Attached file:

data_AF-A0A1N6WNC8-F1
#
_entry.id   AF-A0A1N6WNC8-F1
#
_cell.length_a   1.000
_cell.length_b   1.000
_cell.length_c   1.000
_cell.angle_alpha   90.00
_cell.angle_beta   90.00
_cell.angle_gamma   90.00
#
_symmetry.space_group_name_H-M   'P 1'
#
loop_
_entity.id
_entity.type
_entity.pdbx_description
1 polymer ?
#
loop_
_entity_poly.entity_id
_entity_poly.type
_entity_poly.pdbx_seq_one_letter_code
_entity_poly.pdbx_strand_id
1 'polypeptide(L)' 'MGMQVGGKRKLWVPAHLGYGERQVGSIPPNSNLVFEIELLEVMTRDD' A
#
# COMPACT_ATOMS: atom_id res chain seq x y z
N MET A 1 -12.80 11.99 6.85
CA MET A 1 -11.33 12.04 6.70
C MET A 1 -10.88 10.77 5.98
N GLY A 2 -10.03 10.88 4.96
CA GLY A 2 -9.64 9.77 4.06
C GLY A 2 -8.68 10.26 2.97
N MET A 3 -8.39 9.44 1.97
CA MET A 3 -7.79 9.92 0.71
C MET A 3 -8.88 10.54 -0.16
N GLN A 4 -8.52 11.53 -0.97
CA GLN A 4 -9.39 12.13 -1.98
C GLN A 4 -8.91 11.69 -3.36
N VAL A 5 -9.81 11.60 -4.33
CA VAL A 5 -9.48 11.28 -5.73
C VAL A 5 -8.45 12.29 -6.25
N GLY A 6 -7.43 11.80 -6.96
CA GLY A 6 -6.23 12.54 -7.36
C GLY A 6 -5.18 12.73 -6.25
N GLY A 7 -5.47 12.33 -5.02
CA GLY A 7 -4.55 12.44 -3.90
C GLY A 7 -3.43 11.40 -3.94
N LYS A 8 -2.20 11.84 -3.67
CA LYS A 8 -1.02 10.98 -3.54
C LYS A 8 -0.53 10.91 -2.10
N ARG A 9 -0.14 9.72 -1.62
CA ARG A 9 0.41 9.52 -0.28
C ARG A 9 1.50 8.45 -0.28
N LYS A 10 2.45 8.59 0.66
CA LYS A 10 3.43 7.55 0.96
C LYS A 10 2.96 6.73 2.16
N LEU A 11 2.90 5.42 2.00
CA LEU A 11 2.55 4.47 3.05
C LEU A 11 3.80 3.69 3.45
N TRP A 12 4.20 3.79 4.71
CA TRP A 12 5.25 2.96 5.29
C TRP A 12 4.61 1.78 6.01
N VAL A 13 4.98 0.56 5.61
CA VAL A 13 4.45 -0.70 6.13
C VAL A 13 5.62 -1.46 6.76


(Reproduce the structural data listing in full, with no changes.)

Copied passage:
data_AF-A0A1N6WNC8-F1
#
_entry.id   AF-A0A1N6WNC8-F1
#
_cell.length_a   1.000
_cell.length_b   1.000
_cell.length_c   1.000
_cell.angle_alpha   90.00
_cell.angle_beta   90.00
_cell.angle_gamma   90.00
#
_symmetry.space_group_name_H-M   'P 1'
#
loop_
_entity.id
_entity.type
_entity.pdbx_description
1 polymer ?
#
loop_
_entity_poly.entity_id
_entity_poly.type
_entity_poly.pdbx_seq_one_letter_code
_entity_poly.pdbx_strand_id
1 'polypeptide(L)' 'MGMQVGGKRKLWVPAHLGYGERQVGSIPPNSNLVFEIELLEVMTRDD' A
#
# COMPACT_ATOMS: atom_id res chain seq x y z
N MET A 1 -12.80 11.99 6.85
CA MET A 1 -11.33 12.04 6.70
C MET A 1 -10.88 10.77 5.98
N GLY A 2 -10.03 10.88 4.96
CA GLY A 2 -9.64 9.77 4.06
C GLY A 2 -8.68 10.26 2.97
N MET A 3 -8.39 9.44 1.97
CA MET A 3 -7.79 9.92 0.71
C MET A 3 -8.88 10.54 -0.16
N GLN A 4 -8.52 11.53 -0.97
CA GLN A 4 -9.39 12.13 -1.98
C GLN A 4 -8.91 11.69 -3.36
N VAL A 5 -9.81 11.60 -4.33
CA VAL A 5 -9.48 11.28 -5.73
C VAL A 5 -8.45 12.29 -6.25
N GLY A 6 -7.43 11.80 -6.96
CA GLY A 6 -6.23 12.54 -7.36
C GLY A 6 -5.18 12.73 -6.25
N GLY A 7 -5.47 12.33 -5.02
CA GLY A 7 -4.55 12.44 -3.90
C GLY A 7 -3.43 11.40 -3.94
N LYS A 8 -2.20 11.84 -3.67
CA LYS A 8 -1.02 10.98 -3.54
C LYS A 8 -0.53 10.91 -2.10
N ARG A 9 -0.14 9.72 -1.62
CA ARG A 9 0.41 9.52 -0.28
C ARG A 9 1.50 8.45 -0.28
N LYS A 10 2.45 8.59 0.66
CA LYS A 10 3.43 7.55 0.96
C LYS A 10 2.96 6.73 2.16
N LEU A 11 2.90 5.42 2.00
CA LEU A 11 2.55 4.47 3.05
C LEU A 11 3.80 3.69 3.45
N TRP A 12 4.20 3.79 4.71
CA TRP A 12 5.25 2.96 5.29
C TRP A 12 4.61 1.78 6.01
N VAL A 13 4.98 0.56 5.61
CA VAL A 13 4.45 -0.70 6.13
C VAL A 13 5.62 -1.46 6.76